JOURNAL ARTICLE
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Septic arthritis of the shoulder, elbow, and wrist.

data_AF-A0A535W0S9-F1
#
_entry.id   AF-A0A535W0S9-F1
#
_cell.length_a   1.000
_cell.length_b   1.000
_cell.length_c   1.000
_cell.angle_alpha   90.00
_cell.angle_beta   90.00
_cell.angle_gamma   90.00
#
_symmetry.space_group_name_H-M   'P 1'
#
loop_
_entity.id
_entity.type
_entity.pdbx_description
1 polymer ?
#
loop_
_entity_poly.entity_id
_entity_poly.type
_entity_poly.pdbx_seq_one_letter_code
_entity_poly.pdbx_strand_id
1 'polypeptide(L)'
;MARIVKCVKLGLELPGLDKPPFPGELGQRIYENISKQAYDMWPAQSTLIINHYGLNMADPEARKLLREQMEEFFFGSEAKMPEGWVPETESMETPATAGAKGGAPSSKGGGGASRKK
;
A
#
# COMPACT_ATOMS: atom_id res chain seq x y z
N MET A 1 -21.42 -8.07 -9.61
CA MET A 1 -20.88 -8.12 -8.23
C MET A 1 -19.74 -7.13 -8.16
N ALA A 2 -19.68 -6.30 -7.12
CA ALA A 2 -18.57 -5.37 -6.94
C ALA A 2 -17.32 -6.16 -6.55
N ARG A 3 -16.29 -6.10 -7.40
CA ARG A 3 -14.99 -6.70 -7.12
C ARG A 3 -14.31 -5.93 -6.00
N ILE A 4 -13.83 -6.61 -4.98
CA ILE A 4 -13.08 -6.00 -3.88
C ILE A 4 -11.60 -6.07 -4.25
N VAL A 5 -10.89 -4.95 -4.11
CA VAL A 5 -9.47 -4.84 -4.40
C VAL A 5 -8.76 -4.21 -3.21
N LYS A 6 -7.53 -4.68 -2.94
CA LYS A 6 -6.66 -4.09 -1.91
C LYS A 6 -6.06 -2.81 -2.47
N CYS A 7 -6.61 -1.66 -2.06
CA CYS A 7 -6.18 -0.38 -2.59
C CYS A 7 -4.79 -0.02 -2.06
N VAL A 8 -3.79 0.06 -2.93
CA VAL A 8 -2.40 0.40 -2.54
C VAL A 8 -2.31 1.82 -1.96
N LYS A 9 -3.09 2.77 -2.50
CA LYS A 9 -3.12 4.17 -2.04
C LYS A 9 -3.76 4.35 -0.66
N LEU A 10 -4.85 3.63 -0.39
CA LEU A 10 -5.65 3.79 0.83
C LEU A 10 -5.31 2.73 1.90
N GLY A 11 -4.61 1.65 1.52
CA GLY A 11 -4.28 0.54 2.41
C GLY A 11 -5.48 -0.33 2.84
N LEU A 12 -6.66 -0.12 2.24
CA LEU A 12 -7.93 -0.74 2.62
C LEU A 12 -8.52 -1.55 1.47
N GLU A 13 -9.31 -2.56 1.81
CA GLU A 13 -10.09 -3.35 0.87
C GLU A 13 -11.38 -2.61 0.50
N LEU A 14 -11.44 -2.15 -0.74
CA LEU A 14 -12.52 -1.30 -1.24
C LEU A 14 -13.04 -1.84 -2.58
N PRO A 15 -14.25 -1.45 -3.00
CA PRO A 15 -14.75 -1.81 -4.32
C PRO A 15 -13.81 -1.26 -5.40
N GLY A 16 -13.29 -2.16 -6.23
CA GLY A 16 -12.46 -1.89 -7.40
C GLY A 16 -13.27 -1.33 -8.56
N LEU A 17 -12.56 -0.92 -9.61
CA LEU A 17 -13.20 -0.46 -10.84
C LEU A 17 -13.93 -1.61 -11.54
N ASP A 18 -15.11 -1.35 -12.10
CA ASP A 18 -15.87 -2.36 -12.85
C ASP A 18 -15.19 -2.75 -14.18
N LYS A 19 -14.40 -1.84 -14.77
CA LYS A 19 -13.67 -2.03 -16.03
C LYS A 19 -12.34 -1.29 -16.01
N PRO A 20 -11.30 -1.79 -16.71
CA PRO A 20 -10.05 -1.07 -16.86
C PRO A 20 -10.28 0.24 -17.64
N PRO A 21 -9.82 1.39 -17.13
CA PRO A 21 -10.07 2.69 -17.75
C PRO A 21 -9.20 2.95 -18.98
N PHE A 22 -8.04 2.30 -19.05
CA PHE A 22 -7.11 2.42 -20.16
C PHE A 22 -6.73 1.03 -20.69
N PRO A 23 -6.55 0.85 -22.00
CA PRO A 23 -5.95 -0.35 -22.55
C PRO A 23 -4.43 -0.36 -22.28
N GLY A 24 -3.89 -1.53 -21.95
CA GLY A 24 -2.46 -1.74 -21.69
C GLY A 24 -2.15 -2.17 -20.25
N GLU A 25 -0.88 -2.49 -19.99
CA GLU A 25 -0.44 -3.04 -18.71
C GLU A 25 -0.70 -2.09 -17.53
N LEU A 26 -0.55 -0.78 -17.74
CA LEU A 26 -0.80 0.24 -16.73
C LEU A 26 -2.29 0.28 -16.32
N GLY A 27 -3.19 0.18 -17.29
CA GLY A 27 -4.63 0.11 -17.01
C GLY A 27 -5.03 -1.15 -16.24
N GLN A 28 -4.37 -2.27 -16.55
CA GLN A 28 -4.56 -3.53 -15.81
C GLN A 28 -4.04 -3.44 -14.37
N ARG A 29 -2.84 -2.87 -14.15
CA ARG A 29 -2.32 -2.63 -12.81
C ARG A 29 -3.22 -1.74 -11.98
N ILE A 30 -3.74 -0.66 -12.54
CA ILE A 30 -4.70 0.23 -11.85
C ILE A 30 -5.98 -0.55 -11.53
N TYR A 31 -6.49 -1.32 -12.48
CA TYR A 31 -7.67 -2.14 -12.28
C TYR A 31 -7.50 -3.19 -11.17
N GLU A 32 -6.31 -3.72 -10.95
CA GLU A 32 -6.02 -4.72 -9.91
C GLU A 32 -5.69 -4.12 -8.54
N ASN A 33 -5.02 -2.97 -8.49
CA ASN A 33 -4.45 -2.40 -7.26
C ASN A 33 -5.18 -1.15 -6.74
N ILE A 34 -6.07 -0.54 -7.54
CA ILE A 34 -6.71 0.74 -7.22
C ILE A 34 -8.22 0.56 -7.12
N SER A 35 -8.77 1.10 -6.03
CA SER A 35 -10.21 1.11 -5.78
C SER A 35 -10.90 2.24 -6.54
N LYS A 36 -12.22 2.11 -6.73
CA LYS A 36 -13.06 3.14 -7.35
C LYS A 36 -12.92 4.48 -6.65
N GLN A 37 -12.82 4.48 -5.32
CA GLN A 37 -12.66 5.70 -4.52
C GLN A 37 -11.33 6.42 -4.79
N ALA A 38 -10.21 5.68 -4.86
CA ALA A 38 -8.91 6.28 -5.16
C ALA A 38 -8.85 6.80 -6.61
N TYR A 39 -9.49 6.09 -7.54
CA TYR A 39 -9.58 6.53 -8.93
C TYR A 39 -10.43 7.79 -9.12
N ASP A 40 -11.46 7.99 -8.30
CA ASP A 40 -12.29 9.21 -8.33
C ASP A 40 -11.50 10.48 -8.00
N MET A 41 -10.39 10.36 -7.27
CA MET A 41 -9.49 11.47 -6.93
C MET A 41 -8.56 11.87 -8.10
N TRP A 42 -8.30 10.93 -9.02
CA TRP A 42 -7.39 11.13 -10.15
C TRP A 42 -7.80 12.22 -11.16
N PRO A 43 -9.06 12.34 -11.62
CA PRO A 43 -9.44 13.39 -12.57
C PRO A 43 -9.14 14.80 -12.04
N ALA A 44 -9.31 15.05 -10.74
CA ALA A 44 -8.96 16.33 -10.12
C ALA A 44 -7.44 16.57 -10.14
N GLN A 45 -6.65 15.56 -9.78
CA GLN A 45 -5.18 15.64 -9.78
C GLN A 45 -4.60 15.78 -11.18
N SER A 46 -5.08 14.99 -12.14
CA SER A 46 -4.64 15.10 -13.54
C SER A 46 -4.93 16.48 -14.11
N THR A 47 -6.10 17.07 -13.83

Septic arthritis of the shoulder, elbow, or wrist is not commonly described in the literature. We evaluated the micro- biology of these infections and the diagnostic role of joint aspirate findings. This retrospective study includes 52 patients, diagnosed from 1994 to 2004, with septic arthritis of the shoulder (n = 17), elbow (n = 23), or wrist (n = 12). The mean age was 44.3 years, and 54% of patients (28/52) had comorbidities. The prevalence of Staphylococcus aureus was 76%. Ninety-six percent of aspirates with positive cultures had a polymorphonuclear differential count greater than 85% of the total aspirate white blood cell count. Staphylococcus aureus is the most prevalent organism. A high index of suspicion for septic arthritis is necessary for all patients with upper extremity joint complaints, irrespective of age and medical status. The joint aspirate differential white blood cell count may be helpful in the diagnosis.

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